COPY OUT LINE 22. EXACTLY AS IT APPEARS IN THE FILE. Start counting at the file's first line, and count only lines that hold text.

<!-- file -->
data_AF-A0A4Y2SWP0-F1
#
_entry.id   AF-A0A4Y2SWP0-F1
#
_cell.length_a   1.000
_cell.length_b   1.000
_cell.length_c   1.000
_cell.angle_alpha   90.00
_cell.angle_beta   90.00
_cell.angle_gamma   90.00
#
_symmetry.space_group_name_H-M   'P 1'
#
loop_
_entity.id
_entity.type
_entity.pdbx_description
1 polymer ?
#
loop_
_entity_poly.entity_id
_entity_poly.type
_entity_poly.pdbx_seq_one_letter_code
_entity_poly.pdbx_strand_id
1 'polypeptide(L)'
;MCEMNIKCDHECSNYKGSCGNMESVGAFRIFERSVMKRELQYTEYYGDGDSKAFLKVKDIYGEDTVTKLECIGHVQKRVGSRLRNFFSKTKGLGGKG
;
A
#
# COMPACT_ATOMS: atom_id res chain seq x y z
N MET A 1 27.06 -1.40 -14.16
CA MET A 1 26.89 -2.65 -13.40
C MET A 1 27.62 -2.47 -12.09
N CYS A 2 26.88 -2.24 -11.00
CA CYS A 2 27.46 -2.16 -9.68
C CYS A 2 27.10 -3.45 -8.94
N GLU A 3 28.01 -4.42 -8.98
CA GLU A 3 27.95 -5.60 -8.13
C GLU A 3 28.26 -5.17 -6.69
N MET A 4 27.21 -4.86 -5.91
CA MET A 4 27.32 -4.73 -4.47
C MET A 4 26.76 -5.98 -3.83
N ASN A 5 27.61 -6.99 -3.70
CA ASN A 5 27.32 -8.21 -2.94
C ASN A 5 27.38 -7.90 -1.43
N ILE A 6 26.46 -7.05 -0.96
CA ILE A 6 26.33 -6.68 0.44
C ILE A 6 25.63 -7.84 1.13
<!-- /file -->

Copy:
_entity_poly.type